By Robert Sullivan – Exclusive to Gas Investing News
Many have predicted that natural gas will eventually supplant oil as the world economy’s primary source of energy, but Shell is putting its money where its mouth is with a $19 billion bet on gas being the fuel of the future.
A joint venture with Qatar Petroleum, Shell’s Pearl project, a gas to liquids (GTL) plant in Ras Laffan, Qatar, is by far the largest GTL facility in the world, with a projected capacity to convert 1.6 billion cubic feet (bcf) of natural gas into 140,000 barrels per day (bpd) of liquid fuel (260,000 barrels of oil equivalent) once the final phase of the development is completed. Just last month, the facility produced its first barrels of gas-derived diesel, and with the plant gradually coming online Qatar is now set to become the world’s GTL production hub.
The Pearl Project is the grand realization of an initiative Shell embarked on in 1993 when it opened its first GTL plant in Malaysia. The Bintulu facility has a comparatively tiny capacity of 14,700 bpd, but has provided Shell the opportunity to develop and refine its GTL process and plug that knowledge into the much more ambitious Pearl project, which is not only the world’s largest GTL plant, but also the first GTL facility with integrated upstream capacity.
It was South Africa’s Sasol, however, that established the first major GTL plant in Qatar, collaborating with Qatar Petroleum on the 34,000 bpd Oryx facility in Ras Laffan. That plant is now dwarfed by its neighbour, which will likely eclipse the Oryx facility once it reaches full production in 2012.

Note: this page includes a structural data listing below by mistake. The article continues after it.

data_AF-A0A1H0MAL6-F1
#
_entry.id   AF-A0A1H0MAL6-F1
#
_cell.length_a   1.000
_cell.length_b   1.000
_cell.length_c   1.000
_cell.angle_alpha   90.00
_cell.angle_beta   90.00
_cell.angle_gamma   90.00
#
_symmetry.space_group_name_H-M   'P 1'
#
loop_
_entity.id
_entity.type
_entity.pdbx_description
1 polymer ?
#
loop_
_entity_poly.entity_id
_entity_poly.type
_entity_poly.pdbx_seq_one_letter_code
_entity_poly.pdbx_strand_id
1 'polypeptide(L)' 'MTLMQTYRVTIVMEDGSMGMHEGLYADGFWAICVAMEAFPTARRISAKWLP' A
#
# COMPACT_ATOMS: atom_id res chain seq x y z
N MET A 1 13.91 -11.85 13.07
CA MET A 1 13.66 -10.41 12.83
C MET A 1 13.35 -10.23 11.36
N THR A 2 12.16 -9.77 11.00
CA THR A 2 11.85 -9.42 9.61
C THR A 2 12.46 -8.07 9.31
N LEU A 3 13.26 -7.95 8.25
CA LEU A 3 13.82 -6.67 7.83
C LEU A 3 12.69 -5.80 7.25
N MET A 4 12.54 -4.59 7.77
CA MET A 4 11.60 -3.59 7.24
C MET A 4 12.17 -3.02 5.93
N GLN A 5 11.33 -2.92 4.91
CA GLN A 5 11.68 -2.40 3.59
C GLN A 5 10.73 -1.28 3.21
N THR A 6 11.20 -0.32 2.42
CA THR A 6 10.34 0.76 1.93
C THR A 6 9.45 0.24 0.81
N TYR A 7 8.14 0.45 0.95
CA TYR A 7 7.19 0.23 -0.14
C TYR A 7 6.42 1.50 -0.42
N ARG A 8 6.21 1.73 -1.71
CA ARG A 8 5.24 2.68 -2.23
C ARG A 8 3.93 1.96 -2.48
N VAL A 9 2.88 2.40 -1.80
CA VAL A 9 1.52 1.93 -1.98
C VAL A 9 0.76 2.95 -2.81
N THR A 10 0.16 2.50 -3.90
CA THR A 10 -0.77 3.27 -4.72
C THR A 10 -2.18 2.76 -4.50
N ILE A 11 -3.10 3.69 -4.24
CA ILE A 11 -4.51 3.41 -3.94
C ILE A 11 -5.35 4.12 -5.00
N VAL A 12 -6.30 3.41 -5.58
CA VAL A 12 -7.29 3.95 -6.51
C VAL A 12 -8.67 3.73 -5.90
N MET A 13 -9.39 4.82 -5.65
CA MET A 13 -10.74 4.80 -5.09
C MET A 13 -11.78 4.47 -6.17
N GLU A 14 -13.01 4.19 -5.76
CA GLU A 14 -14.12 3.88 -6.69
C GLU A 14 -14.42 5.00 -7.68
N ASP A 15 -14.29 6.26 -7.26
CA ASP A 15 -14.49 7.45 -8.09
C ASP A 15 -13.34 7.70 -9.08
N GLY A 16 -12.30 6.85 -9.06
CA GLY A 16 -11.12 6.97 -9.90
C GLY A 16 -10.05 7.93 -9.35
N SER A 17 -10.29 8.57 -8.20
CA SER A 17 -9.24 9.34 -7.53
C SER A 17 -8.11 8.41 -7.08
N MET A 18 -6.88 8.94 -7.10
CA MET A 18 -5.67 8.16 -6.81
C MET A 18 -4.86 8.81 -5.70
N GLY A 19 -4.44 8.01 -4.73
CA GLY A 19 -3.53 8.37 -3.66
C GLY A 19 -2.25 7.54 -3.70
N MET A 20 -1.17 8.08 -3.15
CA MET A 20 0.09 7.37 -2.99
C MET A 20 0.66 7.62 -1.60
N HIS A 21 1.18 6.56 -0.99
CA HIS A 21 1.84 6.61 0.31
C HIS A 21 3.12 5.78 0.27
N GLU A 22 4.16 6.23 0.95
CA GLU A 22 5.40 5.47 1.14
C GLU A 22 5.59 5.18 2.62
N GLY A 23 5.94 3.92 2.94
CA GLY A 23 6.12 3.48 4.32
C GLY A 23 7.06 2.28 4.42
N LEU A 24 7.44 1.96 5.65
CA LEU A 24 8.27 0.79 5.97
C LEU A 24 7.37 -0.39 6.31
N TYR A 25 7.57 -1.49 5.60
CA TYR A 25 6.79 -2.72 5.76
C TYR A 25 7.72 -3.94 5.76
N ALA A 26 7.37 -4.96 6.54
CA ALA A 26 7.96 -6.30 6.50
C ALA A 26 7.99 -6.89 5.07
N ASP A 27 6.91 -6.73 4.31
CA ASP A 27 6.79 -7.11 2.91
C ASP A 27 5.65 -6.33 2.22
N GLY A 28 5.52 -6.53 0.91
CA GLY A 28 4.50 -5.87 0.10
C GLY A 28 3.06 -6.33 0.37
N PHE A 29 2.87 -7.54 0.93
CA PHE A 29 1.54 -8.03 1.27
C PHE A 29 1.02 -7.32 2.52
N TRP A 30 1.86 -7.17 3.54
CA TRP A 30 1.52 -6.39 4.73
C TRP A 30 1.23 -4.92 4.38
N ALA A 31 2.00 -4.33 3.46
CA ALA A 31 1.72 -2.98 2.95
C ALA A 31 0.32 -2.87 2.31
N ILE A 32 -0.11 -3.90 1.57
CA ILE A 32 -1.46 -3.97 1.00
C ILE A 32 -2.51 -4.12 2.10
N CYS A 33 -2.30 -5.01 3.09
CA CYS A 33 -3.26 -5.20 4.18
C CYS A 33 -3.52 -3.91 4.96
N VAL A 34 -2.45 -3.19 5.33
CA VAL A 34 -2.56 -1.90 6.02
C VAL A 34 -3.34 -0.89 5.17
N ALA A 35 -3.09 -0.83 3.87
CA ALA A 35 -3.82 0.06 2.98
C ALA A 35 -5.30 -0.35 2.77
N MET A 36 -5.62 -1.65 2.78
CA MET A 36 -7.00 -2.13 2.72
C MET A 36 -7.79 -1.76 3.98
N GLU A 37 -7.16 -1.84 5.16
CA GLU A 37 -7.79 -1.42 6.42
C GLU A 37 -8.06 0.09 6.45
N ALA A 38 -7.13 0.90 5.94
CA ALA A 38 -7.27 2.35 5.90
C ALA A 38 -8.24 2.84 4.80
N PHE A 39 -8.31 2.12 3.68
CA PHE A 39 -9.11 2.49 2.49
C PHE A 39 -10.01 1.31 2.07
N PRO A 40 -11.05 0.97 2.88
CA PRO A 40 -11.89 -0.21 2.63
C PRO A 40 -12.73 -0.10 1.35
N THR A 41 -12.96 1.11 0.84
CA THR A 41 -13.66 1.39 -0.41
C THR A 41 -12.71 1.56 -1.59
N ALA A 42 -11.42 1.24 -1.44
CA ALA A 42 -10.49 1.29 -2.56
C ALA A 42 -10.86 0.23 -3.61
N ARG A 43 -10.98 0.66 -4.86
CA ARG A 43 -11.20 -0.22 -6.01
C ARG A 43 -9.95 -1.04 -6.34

The Pearl project is a substantial development for the Dutch-British oil major. The plant will add nearly 8 percent to Shell’s worldwide production capacity, and according to Shell’s Country Chairman in Qatar Andy Brown, is projected to be “a foundation for Shell’s future growth for decades to come.”
Emerging GTL industry
Both Shell’s optimism towards the Pearl development and the scale of the project are in large part due to the massive field it draws its supply of gas from. The North Field, which was first tapped by Shell in 1971, has reserves of natural gas in excess of 900 trillion cubic feet (tcf), making it the largest single gas field in the world.
Shell was originally one of the biggest players in Qatar, but packed up and left in the mid-90s after relations soured with their hosts. Sheikh Hamad bin Khalifa’s vision of establishing Qatar as the “GTL capital of the world,” however, was the perfect opportunity for a return to the tiny Gulf State given Shell’s familiarity with both North Field operations and their pioneering GTL technologies.
If all goes to plan for Shell over the next year as production is ramped up, other majors and large independents will be hard-pressed to ignore at least contemplating a serious move into the GTL sector, as GTL products and the associated technology are expected to give Shell access to premium markets for high performance fuels and lubricants. Exxon had been pursuing a bold 154,000 bpd development in Qatar, the Palm project, before they abandoned it in 2007 due to spiraling costs.
Pearl project contractors and operators
Although there has yet to be a firm move by any major player, those who do follow Shell’s lead in to GTL in the near future may look to some of the contractors and operators that designed, constructed, and will continue to service the mammoth project.
JGC Corp. (TYO:1963), another leading contractor on the Pearl Project, is a Japanese engineering company that has been involved in the design and construction of a number of major gas developments in the Middle East and West Africa.
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